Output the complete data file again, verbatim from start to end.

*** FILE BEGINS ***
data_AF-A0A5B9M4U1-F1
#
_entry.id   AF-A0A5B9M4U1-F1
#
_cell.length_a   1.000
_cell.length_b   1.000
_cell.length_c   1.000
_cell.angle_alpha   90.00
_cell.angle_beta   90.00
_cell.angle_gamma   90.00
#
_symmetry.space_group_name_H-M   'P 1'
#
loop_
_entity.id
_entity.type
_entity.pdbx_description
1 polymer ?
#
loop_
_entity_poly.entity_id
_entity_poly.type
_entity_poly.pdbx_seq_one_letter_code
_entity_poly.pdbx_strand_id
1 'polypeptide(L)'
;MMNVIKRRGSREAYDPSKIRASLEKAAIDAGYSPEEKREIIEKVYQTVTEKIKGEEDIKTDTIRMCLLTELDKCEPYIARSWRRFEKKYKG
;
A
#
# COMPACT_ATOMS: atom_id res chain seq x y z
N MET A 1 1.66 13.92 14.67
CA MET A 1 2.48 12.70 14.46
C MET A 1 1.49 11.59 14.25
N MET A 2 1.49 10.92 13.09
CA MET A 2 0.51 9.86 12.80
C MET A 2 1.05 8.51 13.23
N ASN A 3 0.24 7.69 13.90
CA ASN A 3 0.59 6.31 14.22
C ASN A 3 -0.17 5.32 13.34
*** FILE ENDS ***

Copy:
data_AF-A0A5B9M4U1-F1
#
_entry.id   AF-A0A5B9M4U1-F1
#
_cell.length_a   1.000
_cell.length_b   1.000
_cell.length_c   1.000
_cell.angle_alpha   90.00
_cell.angle_beta   90.00
_cell.angle_gamma   90.00
#
_symmetry.space_group_name_H-M   'P 1'
#
loop_
_entity.id
_entity.type
_entity.pdbx_description
1 polymer ?
#
loop_
_entity_poly.entity_id
_entity_poly.type
_entity_poly.pdbx_seq_one_letter_code
_entity_poly.pdbx_strand_id
1 'polypeptide(L)'
;MMNVIKRRGSREAYDPSKIRASLEKAAIDAGYSPEEKREIIEKVYQTVTEKIKGEEDIKTDTIRMCLLTELDKCEPYIARSWRRFEKKYKG
;
A
#
# COMPACT_ATOMS: atom_id res chain seq x y z
N MET A 1 1.66 13.92 14.67
CA MET A 1 2.48 12.70 14.46
C MET A 1 1.49 11.59 14.25
N MET A 2 1.49 10.92 13.09
CA MET A 2 0.51 9.86 12.80
C MET A 2 1.05 8.51 13.23
N ASN A 3 0.24 7.69 13.90
CA ASN A 3 0.59 6.31 14.22
C ASN A 3 -0.17 5.32 13.34